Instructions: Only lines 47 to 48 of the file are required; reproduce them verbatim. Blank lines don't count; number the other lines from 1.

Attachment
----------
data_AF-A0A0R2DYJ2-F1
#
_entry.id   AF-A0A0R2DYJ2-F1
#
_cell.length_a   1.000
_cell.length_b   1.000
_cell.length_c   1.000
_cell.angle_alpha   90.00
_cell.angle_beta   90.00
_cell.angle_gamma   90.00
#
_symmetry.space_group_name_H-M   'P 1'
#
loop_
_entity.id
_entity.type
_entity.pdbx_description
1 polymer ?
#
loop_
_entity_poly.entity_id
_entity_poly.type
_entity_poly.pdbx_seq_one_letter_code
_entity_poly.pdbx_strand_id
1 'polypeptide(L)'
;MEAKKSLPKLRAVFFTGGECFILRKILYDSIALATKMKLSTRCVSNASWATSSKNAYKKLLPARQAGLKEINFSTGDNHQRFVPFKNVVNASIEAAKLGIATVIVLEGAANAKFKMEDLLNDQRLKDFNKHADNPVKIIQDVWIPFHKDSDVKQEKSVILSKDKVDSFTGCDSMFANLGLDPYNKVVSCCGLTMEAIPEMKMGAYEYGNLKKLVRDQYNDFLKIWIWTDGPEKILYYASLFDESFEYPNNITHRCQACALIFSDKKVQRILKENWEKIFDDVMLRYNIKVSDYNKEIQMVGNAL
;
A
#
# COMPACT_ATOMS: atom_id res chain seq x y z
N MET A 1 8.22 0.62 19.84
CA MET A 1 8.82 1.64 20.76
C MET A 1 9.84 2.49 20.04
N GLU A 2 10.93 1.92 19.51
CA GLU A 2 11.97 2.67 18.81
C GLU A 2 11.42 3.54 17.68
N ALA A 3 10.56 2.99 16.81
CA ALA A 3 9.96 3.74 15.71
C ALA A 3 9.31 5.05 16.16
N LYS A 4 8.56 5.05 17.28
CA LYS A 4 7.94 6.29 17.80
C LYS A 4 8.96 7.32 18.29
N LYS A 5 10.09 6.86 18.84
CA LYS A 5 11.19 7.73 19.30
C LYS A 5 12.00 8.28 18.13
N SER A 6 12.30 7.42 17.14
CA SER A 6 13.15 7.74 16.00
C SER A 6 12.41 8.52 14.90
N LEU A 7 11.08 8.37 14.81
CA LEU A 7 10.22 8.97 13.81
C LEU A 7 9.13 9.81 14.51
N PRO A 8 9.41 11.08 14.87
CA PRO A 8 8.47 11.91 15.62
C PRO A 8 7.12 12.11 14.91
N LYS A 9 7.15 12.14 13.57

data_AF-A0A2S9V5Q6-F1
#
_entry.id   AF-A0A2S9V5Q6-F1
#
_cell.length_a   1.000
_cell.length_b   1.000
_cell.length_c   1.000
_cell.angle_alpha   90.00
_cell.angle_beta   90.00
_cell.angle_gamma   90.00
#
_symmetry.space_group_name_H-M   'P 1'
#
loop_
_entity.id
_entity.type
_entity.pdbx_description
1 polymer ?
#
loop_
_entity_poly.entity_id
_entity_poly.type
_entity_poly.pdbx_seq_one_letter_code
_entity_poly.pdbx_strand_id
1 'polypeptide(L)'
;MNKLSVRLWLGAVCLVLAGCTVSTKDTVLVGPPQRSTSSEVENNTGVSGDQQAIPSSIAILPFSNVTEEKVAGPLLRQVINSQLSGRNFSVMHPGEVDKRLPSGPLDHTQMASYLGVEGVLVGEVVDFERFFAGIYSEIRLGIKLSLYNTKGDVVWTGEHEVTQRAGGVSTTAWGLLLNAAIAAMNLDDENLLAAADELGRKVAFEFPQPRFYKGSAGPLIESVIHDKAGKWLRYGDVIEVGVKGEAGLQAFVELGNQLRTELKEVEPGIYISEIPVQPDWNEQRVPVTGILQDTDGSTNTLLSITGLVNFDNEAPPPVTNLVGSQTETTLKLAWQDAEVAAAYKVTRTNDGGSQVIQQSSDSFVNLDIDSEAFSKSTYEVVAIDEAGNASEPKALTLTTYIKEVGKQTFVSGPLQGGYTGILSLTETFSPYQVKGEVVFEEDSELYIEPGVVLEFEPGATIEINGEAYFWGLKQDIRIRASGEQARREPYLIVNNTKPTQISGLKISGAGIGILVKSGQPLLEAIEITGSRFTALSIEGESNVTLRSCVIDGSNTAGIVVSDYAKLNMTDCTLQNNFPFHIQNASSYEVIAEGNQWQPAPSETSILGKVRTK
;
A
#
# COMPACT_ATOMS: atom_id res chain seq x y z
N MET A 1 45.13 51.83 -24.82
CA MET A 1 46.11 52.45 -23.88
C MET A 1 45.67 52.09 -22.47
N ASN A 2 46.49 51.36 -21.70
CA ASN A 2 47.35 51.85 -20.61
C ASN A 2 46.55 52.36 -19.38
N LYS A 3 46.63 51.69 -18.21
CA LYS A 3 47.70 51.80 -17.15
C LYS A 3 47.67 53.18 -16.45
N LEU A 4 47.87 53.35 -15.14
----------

CA SER A 6 13.15 7.74 16.00
C SER A 6 12.41 8.52 14.90